4. Go through the course again in reverse order, clicking on all Previous buttons.

Make sure to include as many details as possible in your test plan to make it easy on your testers. If they don’t know what to test, they may skip over some of the items, which could mean glossing over mistakes.

What to Look Out For

While your testers are going through the QA test plan, they need to be on the lookout for linguistic, cultural, and functionality-related issues. To make sure they’re not forgetting anything, put together a checklist of questions they should ask themselves as they’re testing your course. Here’s a sample localization QA checklist to get you started:

Linguistic Accuracy

  • Is all the course text fully localized, or is there still some text in the source language?
  • Do the fonts used support all the special characters in the target language, or are characters being replaced with incorrect symbols?
  • Are dates, times, measurements, etc., written in the correct format?
  • Is terminology used consistently?
  • Is any content missing?
  • Does the translated text make sense (i.e., do you understand what’s written)?
  • Does the translated text sound natural (i.e., is it something a native speaker would say)?
  • Does the tone and register of the translated text match that of the original text? For example, if the original text was written in an informal tone, does the translation reflect that?
  • Does the translated text mean the same thing as the original text, or have some of the key messages been lost in translation?

Cultural Appropriateness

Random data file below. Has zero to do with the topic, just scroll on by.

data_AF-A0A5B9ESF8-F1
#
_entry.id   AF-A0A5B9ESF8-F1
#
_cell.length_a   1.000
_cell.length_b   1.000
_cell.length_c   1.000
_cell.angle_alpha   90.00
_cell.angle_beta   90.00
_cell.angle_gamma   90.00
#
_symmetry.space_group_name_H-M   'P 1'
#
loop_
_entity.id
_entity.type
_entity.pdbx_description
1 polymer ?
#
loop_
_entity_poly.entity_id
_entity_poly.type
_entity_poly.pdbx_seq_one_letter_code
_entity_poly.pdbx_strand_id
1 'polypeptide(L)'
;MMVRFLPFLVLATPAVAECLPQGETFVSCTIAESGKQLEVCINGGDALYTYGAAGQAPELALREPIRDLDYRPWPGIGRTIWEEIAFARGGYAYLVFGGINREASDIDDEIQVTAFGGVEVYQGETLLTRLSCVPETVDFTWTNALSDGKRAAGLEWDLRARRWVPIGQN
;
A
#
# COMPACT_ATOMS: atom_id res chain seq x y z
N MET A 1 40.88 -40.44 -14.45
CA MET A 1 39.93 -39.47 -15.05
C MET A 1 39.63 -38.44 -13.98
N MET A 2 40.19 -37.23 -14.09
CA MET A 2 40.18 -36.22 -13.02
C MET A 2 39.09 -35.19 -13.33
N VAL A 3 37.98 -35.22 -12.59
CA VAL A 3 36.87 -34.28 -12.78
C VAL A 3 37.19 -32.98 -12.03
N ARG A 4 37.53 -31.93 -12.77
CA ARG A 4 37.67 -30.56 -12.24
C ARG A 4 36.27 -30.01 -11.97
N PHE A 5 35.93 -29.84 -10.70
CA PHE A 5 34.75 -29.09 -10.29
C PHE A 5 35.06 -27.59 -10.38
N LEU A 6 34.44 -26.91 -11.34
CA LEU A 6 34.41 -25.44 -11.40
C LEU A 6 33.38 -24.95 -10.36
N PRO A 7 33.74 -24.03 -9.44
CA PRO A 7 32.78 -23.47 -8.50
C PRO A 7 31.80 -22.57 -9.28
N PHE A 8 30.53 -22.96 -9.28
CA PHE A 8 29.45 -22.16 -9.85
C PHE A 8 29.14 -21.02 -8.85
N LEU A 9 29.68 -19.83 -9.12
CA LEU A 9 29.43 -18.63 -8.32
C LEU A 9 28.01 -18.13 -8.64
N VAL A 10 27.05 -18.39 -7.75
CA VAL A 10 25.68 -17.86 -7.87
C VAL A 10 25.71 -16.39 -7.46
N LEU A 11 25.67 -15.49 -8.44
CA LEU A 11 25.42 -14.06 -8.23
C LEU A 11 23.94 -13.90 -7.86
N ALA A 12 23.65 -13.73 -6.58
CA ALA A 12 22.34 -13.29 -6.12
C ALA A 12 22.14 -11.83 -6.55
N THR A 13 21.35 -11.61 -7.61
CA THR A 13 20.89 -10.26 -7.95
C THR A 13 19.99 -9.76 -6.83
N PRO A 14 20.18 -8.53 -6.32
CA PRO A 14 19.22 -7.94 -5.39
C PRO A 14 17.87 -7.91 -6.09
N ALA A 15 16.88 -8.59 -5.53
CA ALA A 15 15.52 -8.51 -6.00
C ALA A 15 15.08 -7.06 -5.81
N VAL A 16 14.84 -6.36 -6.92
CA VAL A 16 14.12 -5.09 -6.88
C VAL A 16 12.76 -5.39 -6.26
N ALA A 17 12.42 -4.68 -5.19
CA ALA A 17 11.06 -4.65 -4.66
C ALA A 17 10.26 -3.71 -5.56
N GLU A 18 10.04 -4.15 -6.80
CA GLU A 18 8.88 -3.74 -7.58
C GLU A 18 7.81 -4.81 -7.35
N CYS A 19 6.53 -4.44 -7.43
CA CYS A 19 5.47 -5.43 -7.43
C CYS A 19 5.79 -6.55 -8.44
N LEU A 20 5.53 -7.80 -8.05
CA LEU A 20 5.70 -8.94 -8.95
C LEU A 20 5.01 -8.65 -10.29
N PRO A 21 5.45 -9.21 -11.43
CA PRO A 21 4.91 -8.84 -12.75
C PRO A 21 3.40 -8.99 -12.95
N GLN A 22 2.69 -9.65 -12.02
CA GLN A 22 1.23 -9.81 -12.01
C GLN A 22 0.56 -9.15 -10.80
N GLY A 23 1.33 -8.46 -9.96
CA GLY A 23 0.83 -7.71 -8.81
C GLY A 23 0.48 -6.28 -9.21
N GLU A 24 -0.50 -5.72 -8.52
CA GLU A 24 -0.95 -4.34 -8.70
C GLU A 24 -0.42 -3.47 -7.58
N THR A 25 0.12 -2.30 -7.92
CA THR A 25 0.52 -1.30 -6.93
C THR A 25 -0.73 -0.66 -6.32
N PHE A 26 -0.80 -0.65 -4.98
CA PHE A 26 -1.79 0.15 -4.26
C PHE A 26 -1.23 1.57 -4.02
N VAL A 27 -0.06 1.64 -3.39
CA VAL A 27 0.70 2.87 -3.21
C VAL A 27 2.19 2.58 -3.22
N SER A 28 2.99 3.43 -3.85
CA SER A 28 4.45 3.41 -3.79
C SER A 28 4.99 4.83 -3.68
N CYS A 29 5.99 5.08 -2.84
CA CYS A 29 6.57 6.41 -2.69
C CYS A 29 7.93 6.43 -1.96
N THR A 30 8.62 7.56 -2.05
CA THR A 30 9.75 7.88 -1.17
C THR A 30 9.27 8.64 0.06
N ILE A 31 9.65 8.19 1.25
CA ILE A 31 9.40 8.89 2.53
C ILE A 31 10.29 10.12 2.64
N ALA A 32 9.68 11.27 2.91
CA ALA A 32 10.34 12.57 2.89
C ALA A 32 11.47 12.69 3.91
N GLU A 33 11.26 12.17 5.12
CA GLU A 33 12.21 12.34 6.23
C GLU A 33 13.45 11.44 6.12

• Are the graphics (images, illustrations, icons, characters, etc.) culturally appropriate?
  • Are the examples or scenarios included in the course culturally relevant (i.e., are they something learners will be able to relate to)?


  • Is the audio properly synched up with any animations?
  • Do all the buttons work as expected (i.e., do they link to the correct slide, layer, or website)?
  • Does the quiz scoring work as expected?
  • Is it easy to navigate the course, or is it confusing at times?

Collect and Apply Feedback

Chances are there will be at least a couple of things to tweak in each of your language versions. There may even be quite a few. To make this process as painless as possible, use a tool like Review 360 to centralize all the feedback and streamline communication between the e-learning designer and the QA testers.

Once you have your feedback, make the necessary edits and ask your QA testers to review once again. You may need to repeat this process multiple times to get to a point where the QA tester no longer spots any issues.

Following these tips will ensure your course quality is top-notch no matter what language your learner speaks. After all, what’s the point of localizing your course if the localized version doesn’t work or communicate effectively with the target audience?

Here are some more resources to help you become an e-learning localization expert: